N95 or similar caliber masks are also needed in indoor and outdoor areas, with a few exceptions, such as when people are eating and drinking. The dining room has partitions that reduce the number of seats to keep the distance.
You can’t talk in places where you can’t keep a distance, such as an elevator. Staff are stationed in key areas to guide people and ensure that the protocol is followed.
What if an athlete does a positive test?
In Tokyo, organizers say 33 athletes tested positive during the tournament. Of those, 22 have withdrawn from the competition. Even with strict precautions in Beijing, experts say that some positive tests are likely to be done, especially when Omicron is involved.
If the athlete or other participants are positive on the test but have no symptoms, they should be quarantined in a private hotel. They are served meals and can open windows for fresh air, but cannot leave the room. According to the organizer, it will be about 270 square feet (25 square meters).
Athletes can request fitness equipment for training.
Asymptomatic individuals can leave quarantine after two days of negative testing. According to the organizers, positives on these tests will be reviewed on a case-by-case basis, but it may still be too late for athletes to compete.
As a rule, the organizer says the panel will review people who have been positive for the test for more than 14 days.
People who test positive and have symptoms must be quarantined in the hospital. They also need a two-day negative test and three days of room temperature and symptoms to subside to be released.
Organizers say athletes who recover after a positive test before the competition will also be evaluated on a case-by-case basis in a “more flexible way.”
Do you have fans?
Audiences from overseas are not allowed to enter. As for local fans, Beijing organizers say they have finalized the rules for their attendance.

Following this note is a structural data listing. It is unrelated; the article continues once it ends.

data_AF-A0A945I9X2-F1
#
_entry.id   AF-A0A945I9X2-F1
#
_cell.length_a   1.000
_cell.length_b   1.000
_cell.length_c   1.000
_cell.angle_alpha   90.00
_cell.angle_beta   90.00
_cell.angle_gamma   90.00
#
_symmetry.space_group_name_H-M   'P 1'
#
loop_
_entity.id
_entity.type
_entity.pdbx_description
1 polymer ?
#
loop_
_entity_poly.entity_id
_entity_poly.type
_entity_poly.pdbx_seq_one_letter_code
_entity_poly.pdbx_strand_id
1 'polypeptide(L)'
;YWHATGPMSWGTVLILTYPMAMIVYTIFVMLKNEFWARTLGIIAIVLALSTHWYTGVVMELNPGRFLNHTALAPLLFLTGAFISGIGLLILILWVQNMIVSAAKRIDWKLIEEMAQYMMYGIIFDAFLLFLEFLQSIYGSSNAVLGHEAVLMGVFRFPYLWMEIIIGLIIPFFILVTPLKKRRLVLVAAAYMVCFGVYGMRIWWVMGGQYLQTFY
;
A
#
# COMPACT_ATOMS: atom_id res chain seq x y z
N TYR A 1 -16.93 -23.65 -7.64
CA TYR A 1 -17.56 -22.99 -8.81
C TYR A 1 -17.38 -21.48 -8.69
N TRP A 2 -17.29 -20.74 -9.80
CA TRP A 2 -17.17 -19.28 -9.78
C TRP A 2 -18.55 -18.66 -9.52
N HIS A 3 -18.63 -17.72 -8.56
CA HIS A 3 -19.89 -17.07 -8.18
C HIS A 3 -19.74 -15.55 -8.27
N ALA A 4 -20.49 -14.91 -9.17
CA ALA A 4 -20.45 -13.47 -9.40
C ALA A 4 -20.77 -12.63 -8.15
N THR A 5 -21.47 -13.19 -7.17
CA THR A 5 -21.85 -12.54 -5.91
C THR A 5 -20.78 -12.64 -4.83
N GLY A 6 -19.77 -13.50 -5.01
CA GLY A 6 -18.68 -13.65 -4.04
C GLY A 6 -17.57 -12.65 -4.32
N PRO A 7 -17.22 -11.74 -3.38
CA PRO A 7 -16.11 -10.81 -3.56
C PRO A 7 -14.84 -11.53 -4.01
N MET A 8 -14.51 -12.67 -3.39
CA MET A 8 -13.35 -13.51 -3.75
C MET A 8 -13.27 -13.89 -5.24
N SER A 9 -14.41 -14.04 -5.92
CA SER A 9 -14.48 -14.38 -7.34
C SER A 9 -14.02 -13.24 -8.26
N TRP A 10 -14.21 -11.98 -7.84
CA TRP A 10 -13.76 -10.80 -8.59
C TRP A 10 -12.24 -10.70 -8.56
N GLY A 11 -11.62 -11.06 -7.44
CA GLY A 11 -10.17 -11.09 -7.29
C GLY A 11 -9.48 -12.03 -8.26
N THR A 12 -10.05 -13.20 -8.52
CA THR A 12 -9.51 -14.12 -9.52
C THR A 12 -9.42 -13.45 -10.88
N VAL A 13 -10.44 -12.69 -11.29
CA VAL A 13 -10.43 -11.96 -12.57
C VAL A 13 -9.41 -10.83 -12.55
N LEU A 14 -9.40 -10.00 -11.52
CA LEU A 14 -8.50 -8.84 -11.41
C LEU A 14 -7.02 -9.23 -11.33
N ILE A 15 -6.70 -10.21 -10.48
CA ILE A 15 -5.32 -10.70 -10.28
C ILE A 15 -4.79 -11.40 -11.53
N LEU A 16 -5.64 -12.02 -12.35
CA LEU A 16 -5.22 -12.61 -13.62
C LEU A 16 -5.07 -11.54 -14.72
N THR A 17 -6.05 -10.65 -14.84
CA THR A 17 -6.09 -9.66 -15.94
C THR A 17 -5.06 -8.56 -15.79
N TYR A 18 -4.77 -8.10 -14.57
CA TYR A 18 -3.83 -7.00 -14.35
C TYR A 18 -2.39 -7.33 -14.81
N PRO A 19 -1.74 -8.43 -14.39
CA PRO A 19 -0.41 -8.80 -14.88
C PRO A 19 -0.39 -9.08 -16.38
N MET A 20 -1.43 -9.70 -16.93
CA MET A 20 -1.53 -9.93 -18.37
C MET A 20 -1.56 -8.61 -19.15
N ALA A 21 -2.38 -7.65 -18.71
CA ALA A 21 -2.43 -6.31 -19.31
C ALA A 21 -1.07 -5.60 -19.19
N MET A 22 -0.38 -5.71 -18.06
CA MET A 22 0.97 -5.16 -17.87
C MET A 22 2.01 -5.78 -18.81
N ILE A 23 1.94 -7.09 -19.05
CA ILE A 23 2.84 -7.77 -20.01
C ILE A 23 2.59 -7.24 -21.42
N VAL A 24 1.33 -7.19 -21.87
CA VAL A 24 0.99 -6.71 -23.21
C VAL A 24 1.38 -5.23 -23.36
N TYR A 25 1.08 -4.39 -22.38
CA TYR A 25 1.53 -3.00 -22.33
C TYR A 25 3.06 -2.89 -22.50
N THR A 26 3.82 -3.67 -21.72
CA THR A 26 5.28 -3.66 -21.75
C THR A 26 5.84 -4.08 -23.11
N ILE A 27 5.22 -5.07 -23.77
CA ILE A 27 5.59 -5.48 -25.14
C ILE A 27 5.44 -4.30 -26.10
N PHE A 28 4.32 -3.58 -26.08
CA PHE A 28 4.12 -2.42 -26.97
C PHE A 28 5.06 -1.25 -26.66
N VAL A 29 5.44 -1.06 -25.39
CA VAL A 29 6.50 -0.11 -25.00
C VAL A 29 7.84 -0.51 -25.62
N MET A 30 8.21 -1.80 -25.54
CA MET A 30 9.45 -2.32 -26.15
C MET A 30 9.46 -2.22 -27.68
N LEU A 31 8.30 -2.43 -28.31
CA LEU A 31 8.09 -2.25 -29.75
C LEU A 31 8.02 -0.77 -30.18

It is not clear how recent outbreaks around China will affect the decision. However, the organizers of the Tokyo Olympics also planned to allow some domestic fans before discarding the idea due to the surge in local incidents. The result is a surrealistic scene of athletes competing in an empty stadium.
Even if some fans are allowed in Beijing, their presence will be muted. Instead of screaming and singing, as in the plan in Tokyo, everyone is asked to applaud.
Does it work?
Despite the surge in Omicron fuel that has hit many parts of the world, including China, organizers may be able to make the Olympics a success without fearful confusion.
Dr. Sandro Galea, a public health expert at Boston University, said Olympic athletes are eager to avoid infection and compete. And while difficult with Omicron, he said it’s not a mystery what people need to do to avoid infection. Take precautions such as limiting exposure to others.
AP Sports writer Pat Graham contributed from Denver.
The Associated Press’s Department of Health Sciences is supported by the Science Education Department of the Howard Hughes Medical Institute. AP is solely responsible for all content.
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Applause, don’t chant: China is aiming for the “Zero COVID” Olympics | WGN Radio 720